• Flyers can be distributed in classes and to clubs and groups.
  • Send proofs of your flyers to for approval. See these sample flyers below.

RegensburgOpen Advising


Students often prefer to go online looking for information instead of reaching out to a human to ask questions. Faculty are encouraged to get information about their study abroad programs onto their department webpages – some departments have pages dedicated to all the upcoming study abroad programs in their field.

Arthur J. Bauernfeind College of Business Study Abroad Page

Horizons, the study abroad online application system, allows us to fully customize each program description the student will see when making their decision. Faculty are encouraged to submit photos, write descriptions, and upload their course syllabus. Use the questions in the Faculty-Led Program Proposal form to tell the SAO what you would like your Horizons page to include. This page will include much more detail than you would put on your flyer including specific costs, itinerary, syllabi, etc.

Information Sessions

Information sessions used to be a successful recruiting tool back when students could be lured in with free food. These are generally short, informal meetings outside regular classroom hours which provide students with a chance to meet you, learn the details of the program, and ask questions. However, the majority of students attending information sessions now are those who are already committed to applying to the program. As such, we recommend instead holding information sessions in conjunction with another event, such as a Trivia Night or academic forum that relates to your course(s) abroad.

Pass around a sign-in sheet in order to get a list of interested students you can follow up with later. If your program has gone before, including past participants in these meetings can be very effective. If you request it, the SAO will also come to sessions to talk about financial aid and scholarship opportunities and the application process. Try to do more than one of these sessions and don’t be discouraged if only a few students express interest—that just means you have the opportunity to talk to them one-on-one.

Submit the dates and times of information sessions to the campus calendar at and to the SAO so we can publicize it as well.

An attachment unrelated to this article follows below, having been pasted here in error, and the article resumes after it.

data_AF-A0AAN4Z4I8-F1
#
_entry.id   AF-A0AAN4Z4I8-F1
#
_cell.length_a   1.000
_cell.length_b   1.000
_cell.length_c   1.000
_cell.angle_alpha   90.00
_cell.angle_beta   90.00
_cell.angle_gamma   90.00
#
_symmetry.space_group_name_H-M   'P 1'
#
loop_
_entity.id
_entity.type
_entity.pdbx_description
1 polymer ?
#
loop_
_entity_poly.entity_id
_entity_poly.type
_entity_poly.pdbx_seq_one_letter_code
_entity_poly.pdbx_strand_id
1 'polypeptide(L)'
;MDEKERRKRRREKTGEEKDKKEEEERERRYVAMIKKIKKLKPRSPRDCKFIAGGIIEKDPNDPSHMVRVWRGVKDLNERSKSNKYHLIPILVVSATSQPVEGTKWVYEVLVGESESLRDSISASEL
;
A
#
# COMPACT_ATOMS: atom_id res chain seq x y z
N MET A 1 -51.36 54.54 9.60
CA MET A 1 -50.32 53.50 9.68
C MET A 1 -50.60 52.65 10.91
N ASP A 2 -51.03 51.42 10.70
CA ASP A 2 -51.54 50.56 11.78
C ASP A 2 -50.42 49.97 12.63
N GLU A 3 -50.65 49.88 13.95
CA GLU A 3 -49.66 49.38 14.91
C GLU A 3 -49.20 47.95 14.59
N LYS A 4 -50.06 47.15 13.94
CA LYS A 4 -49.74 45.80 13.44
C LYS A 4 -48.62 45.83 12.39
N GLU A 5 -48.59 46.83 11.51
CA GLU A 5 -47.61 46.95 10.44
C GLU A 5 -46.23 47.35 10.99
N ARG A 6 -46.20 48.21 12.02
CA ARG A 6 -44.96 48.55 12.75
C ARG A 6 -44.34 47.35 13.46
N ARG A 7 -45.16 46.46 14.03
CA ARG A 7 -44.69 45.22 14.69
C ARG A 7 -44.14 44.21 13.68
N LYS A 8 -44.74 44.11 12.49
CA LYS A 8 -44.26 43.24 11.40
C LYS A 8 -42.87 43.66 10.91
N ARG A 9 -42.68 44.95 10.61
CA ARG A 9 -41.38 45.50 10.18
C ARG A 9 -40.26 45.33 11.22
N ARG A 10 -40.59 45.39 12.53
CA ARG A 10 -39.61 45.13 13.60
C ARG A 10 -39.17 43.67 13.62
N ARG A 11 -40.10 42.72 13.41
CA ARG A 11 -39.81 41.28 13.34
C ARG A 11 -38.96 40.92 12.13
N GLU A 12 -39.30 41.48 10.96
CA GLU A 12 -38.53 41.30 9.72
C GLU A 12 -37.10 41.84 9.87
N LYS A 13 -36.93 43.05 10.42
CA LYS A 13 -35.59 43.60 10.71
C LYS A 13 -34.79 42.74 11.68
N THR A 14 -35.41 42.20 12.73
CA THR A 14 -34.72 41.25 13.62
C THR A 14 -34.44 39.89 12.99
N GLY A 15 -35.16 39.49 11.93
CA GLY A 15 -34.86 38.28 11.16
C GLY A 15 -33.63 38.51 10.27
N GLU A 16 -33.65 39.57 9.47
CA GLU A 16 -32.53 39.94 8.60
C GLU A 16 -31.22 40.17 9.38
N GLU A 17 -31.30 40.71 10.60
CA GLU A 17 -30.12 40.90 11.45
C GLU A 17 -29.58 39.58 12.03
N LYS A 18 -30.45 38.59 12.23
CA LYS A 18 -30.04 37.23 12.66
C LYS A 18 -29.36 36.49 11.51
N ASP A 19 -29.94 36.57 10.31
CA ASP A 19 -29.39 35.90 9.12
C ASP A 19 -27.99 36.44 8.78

Campus Events

Study Abroad Fair

Hosted by the SAO every September, the Study Abroad Fair usually brings between 800-1000 interested students. If you cannot be there the entire time, please send materials or information, or ask a previous participant to stand in for you. The 2013-2014 fairs are:

  • Thursday, September 12th, 11-2, Curris Center Dance Lounge
  • April TBA - This fair is targeted at Winter Programs

Consider offering extra credit to students who come and encourage your colleagues to do the same.

International Education Week

Propose a session based on your own research or interests that can simultaneously relate to your upcoming program. IEW is November 18-22, 2013.

Other Campus Events

Take flyers or brochures to events related to your field or destination:

  • readings and lectures
  • art exhibit openings
  • concerts
  • Cinema International
  • theatre productions
  • residential college programs.

Academic Advisors and Faculty Study Abroad Ambassadors

Give your program information to academic advisors in your department or other departments that may be part of your program or related to your program.

  • Determine how your course contributes to graduation requirements and point that out specifically for advisors and students.
  • Help students see how their study abroad will fit into their course schedule and fulfill either major or minor requirements or university studies electives.

Every department has a designated Faculty Study Abroad Ambassador. Utilize the FSAA to by providing them details of your program and encouraging them to share with others. The FSAA can also help get you air time in classes or departmental meetings, space on the departmental website, student clubs, and may have other suggestions for recruitment within your field.

Social Media

Using Facebook and Twitter, either through your profile or through a group or fan page that you create, can help to advertise to students you already know. Occasionally these are good for getting past students or students who have already applied to get their friends interested. However, we've found that Facebook groups are most beneficial for keeping those who've applied interested and in touch with one another.

  • Post photos and videos related to the location or class to pique student interest.
  • Advertise information sessions, application deadlines, scholarship details, etc.
  • Once you have student applications, use Facebook to stay in touch with packing details, accommodation updates, and even transportation delays on the day of departure.

Keep in Touch

Keep lists of interested students and periodically contact them to keep study abroad on their radar.

  • Provide information on any upcoming program events.
  • Pique student interest by teasing an event you'll be taking students to while abroad and how it relates to class.
  • Alert students on upcoming deadlines and new announcements about scholarships.
  • Contact students who have applied but not yet completed their applications and inquire as to what they need to make their final decisions and get their application submitted.
  • After students have been approved for your program, try to maintain regular contact to keep their interest level high.